WASHINGTON (CNS) — If the new Tom Hanks movie “Greyhound” had been about a bus, or a breed of dog, director Aaron Schneider would have been interested anyway.
“When Tom Hanks writes a script and wants to make a movie, it doesn’t matter what it’s called. I’m ready to read,” Schneider told Catholic News Service in a phone interview July 10, the day the World War II action drama was released online.
Upon reading the script, “the first thing I was struck with was since Tom had written it, I think instinctually I was feeling like, hey, this could possibly be something near and dear to his heart. It would be fun enough to work with Tom as an actor in any movie, but when you see that he’s written it and going to produce it through Playtone,” Hanks’ production company, it adds more weight to the project, Schneider said.
“Playtone has rich history of World War II productions,” he noted. Those projects include two acclaimed HBO miniseries, 2001’s “Band of Brothers” and 2008’s “The Pacific.” A third miniseries, “Masters of the Air,” will make its debut later this year on the Apple+ streaming service.
“Greyhound” tells the story of a naval commander’s (Hanks) maiden voyage: helming a destroyer shepherding a convoy of troop transports and supply ships bound for Great Britain through waters infested with German U-boats. Hanks’ script was adapted from C.S. Forrester’s novel “The Good Shepherd.”
In production notes for “Greyhound,” Hanks said of the intense stress to which his character is subject: “The only thing he has as a bulkhead against the stresses of the job is his religious faith.”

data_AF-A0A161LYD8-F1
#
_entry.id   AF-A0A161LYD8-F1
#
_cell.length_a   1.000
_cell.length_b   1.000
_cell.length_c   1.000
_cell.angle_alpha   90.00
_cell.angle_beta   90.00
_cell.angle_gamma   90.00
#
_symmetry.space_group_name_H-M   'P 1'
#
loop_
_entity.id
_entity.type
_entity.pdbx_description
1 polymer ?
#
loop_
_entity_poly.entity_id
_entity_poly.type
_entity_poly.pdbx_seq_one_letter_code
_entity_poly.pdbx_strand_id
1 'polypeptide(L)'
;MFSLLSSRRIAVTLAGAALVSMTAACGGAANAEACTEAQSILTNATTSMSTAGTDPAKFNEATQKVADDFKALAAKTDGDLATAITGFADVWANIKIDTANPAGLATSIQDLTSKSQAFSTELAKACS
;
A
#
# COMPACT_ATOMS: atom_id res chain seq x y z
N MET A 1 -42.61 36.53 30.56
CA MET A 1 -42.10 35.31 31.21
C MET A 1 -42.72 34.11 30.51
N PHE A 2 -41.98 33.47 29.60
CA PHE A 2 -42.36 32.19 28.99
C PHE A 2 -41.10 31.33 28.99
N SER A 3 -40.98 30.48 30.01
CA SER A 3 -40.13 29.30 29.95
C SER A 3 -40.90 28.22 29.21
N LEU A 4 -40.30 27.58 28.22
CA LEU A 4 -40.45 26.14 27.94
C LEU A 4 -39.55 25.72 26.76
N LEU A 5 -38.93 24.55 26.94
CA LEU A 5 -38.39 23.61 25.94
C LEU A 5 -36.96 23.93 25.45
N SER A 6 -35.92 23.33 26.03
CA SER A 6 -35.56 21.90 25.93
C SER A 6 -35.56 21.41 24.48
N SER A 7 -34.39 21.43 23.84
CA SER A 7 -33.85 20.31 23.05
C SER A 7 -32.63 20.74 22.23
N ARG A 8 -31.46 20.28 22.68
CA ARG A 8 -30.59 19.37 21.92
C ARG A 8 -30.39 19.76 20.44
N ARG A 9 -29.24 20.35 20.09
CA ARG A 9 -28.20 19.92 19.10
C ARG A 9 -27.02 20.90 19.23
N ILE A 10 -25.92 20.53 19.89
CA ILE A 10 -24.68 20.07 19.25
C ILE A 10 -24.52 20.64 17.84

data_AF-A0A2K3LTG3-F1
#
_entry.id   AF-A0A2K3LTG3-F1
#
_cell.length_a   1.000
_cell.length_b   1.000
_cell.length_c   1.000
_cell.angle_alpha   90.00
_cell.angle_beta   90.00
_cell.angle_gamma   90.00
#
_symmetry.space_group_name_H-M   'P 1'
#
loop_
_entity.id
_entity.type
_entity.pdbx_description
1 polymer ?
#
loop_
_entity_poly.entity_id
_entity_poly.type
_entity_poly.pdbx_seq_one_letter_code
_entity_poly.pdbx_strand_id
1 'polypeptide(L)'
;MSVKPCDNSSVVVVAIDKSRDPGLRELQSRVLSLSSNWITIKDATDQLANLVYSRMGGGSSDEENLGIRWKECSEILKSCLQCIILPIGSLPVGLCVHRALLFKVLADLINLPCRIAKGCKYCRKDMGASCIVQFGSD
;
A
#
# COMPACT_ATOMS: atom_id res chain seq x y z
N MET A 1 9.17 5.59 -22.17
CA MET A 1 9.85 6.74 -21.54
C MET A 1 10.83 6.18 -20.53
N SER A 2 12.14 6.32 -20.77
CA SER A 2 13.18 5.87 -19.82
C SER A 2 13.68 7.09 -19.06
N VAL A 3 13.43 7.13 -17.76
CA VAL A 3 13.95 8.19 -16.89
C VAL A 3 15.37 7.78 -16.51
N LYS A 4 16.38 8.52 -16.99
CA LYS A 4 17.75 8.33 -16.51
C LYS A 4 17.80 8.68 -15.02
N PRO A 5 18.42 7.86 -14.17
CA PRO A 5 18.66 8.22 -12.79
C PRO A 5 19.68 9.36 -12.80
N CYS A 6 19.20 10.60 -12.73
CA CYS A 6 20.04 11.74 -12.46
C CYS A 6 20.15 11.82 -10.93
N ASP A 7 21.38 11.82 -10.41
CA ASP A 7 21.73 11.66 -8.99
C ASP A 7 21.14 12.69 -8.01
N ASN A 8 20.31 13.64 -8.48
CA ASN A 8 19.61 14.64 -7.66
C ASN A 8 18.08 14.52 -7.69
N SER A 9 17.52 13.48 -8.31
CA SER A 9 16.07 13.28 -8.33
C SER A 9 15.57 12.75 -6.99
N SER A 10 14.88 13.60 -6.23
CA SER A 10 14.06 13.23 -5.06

“It was a unique and unusual and inspiring story, and a unique and unusual way of telling a war story, and so I was all in from the start,” Schneider told CNS.
“Greyhound” has been done for more than a year, Schneider said. A release date in June 2019 was scuttled in favor of one in 2020 to coincide with the 75th anniversary of V-E Day, which stands for Victory in Europe and occurred May 8, 1945. (The war against Japan in the Pacific didn’t end until August 1945, three months later.)
“And then the pandemic hit,” he said.
Because of the pandemic, Schneider added, “the whole world’s changed, and so has the movie business, and so has the business of celebrating the release. A lot of people worked really hard for a long time on the film. The premiere isn’t just a big red-carpet party. It’s the crew coming together. The cast comes together.
“You get to know these people over time and an attachment forms, and the chance to get together and share your movie with an audience becomes a great way to celebrate and move forward.”
But, given the paucity of big-time blockbusters slugging it out against each other for multiplex screens and box-office favor, Schneider said, “there is something nice knowing that with so little new content coming out now, there’s an audience hungry for something, and we think we have a film that’s exciting and inspiring, and it’s nice to know that you’re providing a little bit of entertainment in the world right now.”
In his review of “Greyhound,” John Mulderig, CNS assistant director for media reviews, said the film “rooted as it is in real events, provides viewers with an educational retrospective as well as a rousing adventure.”
It is classified A-III — adults — for “much stylized combat violence with minimal gore, a couple of mild oaths and one rough term.” The Motion Picture Association rating is PG-13 — parents strongly cautioned. Some material may be inappropriate for children under 13.